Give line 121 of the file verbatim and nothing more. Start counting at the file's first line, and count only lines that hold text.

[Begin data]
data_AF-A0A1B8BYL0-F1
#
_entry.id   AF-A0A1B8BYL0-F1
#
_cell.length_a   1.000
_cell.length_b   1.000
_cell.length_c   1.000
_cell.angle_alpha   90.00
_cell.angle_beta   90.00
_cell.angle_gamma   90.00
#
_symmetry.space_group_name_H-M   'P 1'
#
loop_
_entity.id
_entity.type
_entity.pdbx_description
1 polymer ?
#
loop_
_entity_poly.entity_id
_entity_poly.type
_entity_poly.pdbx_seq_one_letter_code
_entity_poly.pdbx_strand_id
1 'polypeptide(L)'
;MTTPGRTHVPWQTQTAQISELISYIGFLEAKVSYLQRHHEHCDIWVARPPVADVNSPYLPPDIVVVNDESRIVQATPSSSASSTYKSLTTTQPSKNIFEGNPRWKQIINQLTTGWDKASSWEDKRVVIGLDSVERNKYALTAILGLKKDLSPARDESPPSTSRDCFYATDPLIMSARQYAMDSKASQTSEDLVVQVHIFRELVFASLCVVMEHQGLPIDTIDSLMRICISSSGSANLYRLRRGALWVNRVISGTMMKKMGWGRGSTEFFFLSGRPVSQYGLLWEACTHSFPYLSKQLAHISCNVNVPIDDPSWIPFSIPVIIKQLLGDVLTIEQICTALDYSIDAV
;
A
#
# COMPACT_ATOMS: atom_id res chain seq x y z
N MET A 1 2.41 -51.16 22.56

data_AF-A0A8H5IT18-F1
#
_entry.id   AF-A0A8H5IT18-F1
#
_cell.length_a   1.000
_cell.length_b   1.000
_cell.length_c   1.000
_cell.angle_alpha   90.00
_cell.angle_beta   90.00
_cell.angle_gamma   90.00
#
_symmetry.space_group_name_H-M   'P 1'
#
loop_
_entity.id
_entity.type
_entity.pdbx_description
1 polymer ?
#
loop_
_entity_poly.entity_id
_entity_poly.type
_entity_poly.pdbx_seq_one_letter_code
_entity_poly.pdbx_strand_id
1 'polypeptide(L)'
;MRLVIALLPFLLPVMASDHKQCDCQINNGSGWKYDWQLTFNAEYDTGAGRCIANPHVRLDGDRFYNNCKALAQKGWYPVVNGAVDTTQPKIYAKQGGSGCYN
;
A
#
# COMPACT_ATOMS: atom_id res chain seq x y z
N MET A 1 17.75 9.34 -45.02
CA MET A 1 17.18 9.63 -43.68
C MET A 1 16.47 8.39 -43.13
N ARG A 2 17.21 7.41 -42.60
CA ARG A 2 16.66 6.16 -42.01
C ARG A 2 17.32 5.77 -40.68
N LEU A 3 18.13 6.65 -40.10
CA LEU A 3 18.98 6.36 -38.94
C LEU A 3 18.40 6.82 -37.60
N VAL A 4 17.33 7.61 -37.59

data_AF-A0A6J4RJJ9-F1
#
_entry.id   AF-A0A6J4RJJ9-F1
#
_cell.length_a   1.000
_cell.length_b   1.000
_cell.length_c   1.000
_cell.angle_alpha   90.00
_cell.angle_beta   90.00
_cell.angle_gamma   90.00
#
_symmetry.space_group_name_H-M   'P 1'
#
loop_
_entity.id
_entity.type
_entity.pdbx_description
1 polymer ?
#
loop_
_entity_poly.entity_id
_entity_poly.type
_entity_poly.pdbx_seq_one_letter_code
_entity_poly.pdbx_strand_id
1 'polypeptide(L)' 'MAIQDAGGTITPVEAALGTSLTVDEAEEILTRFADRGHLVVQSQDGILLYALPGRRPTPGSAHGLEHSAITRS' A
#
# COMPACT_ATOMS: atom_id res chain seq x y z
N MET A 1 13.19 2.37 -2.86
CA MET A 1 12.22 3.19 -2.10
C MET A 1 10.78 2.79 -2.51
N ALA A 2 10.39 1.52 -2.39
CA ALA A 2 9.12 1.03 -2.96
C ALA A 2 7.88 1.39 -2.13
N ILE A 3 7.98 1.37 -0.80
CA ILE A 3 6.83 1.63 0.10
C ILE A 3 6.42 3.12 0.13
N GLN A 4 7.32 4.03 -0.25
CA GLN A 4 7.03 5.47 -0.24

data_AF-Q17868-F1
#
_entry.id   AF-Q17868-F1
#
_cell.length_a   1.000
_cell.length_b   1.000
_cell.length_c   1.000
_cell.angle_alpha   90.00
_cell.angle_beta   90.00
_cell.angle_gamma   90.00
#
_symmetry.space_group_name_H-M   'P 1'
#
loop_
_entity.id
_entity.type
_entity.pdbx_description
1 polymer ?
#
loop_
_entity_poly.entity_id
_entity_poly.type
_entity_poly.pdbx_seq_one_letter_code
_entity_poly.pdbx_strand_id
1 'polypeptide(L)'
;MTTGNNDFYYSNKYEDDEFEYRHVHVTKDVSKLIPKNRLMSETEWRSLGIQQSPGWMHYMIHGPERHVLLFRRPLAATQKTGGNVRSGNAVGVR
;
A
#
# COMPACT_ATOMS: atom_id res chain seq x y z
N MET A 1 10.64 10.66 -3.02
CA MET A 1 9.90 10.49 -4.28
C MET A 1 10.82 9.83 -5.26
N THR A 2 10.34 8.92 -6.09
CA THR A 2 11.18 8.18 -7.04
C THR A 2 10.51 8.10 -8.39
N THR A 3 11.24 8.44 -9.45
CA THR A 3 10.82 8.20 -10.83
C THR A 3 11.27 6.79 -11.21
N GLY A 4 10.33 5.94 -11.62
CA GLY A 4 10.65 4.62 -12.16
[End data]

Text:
_symmetry.space_group_name_H-M   'P 1'